An employee must inform their employer if intending to take sick leave or carer’s leave. This has to be done as soon as possible, but can be after the leave has started. It should be specified how long the absence from work will be, or is expected to be.
An employer can ask an employee to give evidence that confirms they took leave because they were unable to work because of an illness or injury, or needed to care for an immediate family or household member who was experiencing illness, injury, or unexpected emergency.
Employers are entitled to ask employees for evidence for as little as 1 day or less off work.
An employee who does not provide their employer with evidence when asked may not be entitled to be paid for sick leave or carer’s leave.
An award or registered agreement can specify the circumstances in which an employee must give evidence to their employer and what type of evidence is required. The type of evidence requested must be reasonable in the circumstances.
Medical certificates and statutory declarations (stat decs) are considered acceptable forms of evidence. Although there are no strict rules on what type of evidence should be provided by an employee, the evidence has to convince a reasonable person that the employee was genuinely entitled to the leave.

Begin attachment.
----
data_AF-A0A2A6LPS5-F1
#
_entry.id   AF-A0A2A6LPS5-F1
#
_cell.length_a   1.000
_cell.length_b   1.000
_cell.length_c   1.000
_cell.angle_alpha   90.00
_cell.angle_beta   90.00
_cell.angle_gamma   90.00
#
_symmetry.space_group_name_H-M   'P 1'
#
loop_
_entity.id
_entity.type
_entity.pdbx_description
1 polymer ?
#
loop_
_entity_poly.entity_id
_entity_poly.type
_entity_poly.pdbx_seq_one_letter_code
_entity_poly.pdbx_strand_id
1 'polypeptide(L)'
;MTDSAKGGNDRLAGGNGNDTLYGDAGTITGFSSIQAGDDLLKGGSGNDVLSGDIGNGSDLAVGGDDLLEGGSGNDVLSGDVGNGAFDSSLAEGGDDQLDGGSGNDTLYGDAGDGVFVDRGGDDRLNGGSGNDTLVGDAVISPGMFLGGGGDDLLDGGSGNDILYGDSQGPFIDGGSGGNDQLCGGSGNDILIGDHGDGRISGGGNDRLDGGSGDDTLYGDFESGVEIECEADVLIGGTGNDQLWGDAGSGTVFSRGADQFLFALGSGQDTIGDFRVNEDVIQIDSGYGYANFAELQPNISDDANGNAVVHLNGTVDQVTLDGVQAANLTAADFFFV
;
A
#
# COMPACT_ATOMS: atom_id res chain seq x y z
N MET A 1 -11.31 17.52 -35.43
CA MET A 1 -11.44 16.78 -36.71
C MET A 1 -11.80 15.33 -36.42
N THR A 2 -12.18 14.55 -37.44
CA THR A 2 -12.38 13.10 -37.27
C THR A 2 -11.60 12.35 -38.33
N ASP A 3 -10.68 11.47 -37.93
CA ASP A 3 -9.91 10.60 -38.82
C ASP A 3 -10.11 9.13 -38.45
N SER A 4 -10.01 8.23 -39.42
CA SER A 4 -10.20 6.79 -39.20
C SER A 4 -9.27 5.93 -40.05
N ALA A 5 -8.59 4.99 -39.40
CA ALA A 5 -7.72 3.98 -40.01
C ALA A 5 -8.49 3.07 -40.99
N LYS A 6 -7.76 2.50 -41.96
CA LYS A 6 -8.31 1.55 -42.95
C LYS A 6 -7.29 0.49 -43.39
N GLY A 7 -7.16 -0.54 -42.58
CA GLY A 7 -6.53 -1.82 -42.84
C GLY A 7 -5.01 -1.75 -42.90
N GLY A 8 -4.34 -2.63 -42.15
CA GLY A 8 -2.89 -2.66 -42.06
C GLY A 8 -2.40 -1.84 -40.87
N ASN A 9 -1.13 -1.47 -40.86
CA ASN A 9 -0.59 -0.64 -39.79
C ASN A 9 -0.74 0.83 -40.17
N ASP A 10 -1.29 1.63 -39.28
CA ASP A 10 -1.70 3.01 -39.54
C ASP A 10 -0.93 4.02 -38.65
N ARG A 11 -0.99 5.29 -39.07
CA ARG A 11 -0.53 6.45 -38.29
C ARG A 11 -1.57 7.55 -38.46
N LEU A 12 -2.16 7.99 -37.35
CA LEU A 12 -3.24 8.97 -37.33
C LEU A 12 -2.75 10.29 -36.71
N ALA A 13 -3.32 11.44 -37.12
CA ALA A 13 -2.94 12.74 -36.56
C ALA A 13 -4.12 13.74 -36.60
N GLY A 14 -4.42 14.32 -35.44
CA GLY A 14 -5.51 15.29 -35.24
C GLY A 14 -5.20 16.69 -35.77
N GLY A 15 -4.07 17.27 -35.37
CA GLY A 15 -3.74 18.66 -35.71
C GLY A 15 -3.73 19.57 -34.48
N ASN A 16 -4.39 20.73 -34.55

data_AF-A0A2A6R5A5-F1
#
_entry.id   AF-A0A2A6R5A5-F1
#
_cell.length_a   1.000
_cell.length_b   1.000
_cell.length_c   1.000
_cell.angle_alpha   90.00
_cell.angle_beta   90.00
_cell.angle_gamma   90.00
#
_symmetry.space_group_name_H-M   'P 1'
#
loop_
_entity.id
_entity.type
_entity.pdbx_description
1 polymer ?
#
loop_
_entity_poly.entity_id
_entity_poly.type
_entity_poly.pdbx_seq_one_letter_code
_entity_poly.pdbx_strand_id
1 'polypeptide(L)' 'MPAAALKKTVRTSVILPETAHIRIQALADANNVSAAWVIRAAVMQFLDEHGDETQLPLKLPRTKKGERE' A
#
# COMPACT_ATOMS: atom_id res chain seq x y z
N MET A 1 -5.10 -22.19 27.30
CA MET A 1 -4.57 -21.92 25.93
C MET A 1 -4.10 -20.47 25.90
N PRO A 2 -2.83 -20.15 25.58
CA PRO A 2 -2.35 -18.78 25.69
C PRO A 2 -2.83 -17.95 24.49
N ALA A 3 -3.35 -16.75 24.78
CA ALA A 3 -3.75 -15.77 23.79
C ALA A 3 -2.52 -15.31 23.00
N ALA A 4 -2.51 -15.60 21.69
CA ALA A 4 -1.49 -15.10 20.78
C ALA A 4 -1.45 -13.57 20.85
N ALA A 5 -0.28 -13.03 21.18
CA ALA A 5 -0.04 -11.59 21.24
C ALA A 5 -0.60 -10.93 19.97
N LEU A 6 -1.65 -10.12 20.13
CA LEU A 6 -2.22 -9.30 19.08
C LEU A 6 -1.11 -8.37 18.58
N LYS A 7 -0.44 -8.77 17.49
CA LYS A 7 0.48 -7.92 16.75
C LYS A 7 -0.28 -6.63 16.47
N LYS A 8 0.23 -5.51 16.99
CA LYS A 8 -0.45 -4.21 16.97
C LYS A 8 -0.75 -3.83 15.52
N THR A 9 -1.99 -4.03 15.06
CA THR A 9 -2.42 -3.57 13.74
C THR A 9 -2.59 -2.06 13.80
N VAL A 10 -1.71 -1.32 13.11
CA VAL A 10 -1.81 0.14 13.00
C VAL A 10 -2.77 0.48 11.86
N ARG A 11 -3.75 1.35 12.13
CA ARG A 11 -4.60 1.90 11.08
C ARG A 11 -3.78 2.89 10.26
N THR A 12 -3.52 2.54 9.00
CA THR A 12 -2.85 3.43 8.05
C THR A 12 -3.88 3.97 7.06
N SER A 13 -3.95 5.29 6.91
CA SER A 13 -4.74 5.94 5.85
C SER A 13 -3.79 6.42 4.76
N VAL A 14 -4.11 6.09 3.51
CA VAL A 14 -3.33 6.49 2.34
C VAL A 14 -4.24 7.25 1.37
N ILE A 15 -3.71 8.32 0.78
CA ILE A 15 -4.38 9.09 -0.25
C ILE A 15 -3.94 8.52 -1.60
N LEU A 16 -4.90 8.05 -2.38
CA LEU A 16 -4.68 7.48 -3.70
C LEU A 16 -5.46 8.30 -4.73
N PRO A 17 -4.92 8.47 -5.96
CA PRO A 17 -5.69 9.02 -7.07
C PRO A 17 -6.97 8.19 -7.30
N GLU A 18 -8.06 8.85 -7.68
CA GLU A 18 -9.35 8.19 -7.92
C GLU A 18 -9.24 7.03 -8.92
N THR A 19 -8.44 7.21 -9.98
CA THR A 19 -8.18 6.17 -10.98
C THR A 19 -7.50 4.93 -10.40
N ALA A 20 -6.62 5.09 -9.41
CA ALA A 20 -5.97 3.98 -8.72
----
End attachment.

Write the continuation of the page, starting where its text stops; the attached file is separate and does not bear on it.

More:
What about medical appointments and planned surgery?
Medical appointments and elective surgeries that are pre-arranged can only be covered by sick leave if an employee is unable to work because of an illness or injury. It will depend on each individual circumstance. An employer can ask for evidence from an employee to confirm that they were unfit for work. This can help decide whether an employee should be paid sick leave or a different type of leave/entitlement.
Employers attending medical appointments
It is not considered reasonable for an employer to attend a medical appointment with an employee, unless the employee requests it. It is also not considered reasonable for an employer to contact the employee’s doctor to obtain information.
Further information about Australian law relating to sick leave and your rights as an employee can be found at www.fairwork.gov.au